The Color of Money
As anyone who has ever walked by the paint section in one of the big hardware stores knows, there are literally hundreds of paint colors from which to choose. Some are almost imperceptibly different, in that I have to squint or hold the chips at funny angles until I can safely proclaim "Yes I agree, my Dear, this one has a little too much purple in it."
What gets me about the multitude of colors are the names, few of which actually provide the shopper with a convenient color touchstone to compare. "Peas in a Pod," "Florida Mango," are just a couple examples of ones that help lead you in a direction. (I took these from the applet at the Behr website.)
Then there is "Autumn Mist." Want to guess what color that is? According to Behr, it is a slightly more muted shade of "Florida Mango." Or what about "Monaco"? Its a light blue.
I guess the paint manufacturers decided that rather than informative names, they should create evocative names that register with the emotions. For instance, the master bedroom in our previous house was covered in "Hidden Honey," which I think I would have more appropriately called "Dried Mustard Crust." But that doesn't create the same emotive response, does it?
I also think this bizarre naming scheme has a lot more to do with the women in households being the primary decision-maker when it comes to color.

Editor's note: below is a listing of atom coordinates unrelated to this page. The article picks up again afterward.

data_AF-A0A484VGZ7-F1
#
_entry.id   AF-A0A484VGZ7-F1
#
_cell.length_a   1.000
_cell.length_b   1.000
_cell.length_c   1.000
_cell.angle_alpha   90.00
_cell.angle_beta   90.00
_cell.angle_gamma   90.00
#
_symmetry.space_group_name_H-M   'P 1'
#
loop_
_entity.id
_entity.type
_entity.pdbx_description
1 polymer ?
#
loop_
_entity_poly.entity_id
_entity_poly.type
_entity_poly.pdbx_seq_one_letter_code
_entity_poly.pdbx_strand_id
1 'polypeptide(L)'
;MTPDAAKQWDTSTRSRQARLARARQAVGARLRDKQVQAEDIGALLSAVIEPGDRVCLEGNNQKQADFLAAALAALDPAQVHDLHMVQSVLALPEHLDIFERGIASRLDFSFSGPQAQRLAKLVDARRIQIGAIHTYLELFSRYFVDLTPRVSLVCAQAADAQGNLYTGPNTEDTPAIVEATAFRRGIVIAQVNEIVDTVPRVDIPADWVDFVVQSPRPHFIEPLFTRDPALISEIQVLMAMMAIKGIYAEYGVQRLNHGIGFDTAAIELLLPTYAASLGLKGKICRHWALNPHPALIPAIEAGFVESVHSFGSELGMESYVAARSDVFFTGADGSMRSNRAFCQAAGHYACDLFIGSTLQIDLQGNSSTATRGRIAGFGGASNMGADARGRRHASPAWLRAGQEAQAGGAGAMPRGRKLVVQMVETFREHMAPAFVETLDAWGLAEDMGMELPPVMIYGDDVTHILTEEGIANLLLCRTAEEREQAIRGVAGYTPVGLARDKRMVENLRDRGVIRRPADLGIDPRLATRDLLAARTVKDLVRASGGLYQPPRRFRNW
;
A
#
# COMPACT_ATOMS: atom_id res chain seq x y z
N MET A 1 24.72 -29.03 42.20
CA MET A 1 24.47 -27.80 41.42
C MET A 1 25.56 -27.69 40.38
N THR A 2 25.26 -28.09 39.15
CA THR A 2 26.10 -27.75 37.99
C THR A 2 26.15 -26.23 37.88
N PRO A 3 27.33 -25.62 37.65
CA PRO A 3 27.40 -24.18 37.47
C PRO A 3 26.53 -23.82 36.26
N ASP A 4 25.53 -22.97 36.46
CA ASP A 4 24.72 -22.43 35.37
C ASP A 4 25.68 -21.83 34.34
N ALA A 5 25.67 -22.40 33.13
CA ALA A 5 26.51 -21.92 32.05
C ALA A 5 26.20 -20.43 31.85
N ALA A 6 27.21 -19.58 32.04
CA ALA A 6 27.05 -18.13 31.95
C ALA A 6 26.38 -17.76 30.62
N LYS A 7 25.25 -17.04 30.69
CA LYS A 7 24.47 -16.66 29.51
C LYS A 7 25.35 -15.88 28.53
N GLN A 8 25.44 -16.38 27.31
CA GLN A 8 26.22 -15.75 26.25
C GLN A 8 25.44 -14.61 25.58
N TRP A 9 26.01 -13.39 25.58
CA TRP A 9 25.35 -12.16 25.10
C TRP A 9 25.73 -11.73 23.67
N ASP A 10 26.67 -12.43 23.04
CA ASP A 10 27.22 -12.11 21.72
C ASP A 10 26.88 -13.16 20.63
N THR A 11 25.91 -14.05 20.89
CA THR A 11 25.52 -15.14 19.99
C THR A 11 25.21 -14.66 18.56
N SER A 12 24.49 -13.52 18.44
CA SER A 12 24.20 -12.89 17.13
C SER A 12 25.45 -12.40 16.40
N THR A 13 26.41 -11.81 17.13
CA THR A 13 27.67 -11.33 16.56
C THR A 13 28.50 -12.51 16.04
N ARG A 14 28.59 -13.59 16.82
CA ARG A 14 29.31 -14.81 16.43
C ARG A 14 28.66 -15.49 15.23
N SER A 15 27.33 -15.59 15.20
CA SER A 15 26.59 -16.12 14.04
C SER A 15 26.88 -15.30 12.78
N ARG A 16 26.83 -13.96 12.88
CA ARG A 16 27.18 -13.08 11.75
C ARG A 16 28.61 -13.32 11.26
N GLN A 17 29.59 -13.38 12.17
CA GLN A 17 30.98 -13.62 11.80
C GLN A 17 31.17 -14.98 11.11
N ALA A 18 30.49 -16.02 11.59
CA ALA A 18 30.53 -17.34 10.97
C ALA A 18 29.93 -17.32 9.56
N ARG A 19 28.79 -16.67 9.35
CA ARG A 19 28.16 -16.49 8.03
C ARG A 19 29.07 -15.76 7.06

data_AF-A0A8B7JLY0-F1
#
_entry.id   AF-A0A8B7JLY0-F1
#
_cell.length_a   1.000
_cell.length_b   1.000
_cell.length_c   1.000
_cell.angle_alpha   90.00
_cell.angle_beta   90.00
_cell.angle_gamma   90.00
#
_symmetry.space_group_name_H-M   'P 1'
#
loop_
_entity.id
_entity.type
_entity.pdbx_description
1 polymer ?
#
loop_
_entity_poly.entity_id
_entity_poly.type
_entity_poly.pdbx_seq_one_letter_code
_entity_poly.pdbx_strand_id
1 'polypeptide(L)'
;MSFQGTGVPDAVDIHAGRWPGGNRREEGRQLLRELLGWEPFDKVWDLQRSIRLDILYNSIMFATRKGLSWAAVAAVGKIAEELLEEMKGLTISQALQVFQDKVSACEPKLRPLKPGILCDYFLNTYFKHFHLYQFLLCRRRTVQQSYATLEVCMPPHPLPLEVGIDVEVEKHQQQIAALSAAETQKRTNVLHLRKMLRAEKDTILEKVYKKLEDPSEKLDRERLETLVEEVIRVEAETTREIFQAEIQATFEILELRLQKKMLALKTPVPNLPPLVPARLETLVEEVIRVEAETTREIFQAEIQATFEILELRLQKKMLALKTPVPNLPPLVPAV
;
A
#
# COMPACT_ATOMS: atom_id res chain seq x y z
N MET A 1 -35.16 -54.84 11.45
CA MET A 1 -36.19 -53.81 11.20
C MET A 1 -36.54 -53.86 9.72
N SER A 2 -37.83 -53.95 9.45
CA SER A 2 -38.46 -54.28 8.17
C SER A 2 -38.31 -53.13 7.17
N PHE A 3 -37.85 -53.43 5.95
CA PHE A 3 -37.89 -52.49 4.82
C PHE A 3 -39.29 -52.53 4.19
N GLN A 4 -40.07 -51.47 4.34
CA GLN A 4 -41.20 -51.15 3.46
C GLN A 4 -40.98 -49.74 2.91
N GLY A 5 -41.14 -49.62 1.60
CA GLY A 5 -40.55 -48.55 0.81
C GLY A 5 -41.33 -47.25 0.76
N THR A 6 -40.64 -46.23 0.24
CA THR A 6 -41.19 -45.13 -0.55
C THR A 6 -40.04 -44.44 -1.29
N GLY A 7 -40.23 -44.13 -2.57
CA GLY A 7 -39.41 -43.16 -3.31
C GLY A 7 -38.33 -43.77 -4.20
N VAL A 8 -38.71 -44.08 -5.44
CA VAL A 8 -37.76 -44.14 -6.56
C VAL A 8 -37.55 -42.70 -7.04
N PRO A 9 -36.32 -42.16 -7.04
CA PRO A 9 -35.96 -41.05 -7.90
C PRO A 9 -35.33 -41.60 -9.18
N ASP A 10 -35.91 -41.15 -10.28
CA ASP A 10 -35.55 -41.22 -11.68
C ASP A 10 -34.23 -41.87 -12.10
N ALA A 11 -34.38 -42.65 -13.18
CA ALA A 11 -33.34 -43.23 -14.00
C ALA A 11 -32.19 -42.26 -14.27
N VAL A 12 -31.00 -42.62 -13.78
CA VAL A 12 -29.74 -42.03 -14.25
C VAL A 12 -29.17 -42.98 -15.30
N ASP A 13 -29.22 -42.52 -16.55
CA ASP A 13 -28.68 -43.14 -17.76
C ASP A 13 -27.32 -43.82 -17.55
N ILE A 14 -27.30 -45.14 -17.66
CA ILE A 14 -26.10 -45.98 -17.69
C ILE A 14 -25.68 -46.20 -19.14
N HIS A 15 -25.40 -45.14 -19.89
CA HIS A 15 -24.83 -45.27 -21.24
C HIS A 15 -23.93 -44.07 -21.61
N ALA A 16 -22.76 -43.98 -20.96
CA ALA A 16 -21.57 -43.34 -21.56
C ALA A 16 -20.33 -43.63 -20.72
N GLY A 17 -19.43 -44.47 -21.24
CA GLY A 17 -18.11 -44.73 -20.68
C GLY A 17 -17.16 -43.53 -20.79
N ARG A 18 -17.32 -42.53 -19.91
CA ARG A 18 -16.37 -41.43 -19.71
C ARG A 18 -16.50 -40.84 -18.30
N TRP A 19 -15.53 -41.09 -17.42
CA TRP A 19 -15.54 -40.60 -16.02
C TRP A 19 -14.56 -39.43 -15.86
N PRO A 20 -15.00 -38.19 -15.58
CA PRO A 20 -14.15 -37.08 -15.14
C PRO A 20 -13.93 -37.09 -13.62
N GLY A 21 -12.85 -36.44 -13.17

That is why I am going to get rich by patenting a dual-naming paint color system. Every color is assigned two names, the original female/affective/uninformative can remain on the front, while a second name is printed in small letters on the back of the chip. This is the place the rest of us can sneak a peek at and say "Ah ha... I knew I recognized this particular hue!"
"Pecan Sandy" on the front reads "Bud Light Binge Shits" on the back.
"Vibrant Wildflower" on the front reads "Too Many Vitamins Pee" on the back.
"Vintage Lava" on the front reads "That Time of the Month" on the back.
"Fresh Heather" on the front reads "This is Going in My Son's Room Over My Dead Body" on the back.
Anyway, you get the picture. Or for a less offensive version, how about make reference to real world examples on the back of the chip. "This is the same color blue as the Cleveland Indians' uniforms" or "This is the color green used for computer code in The Matrix."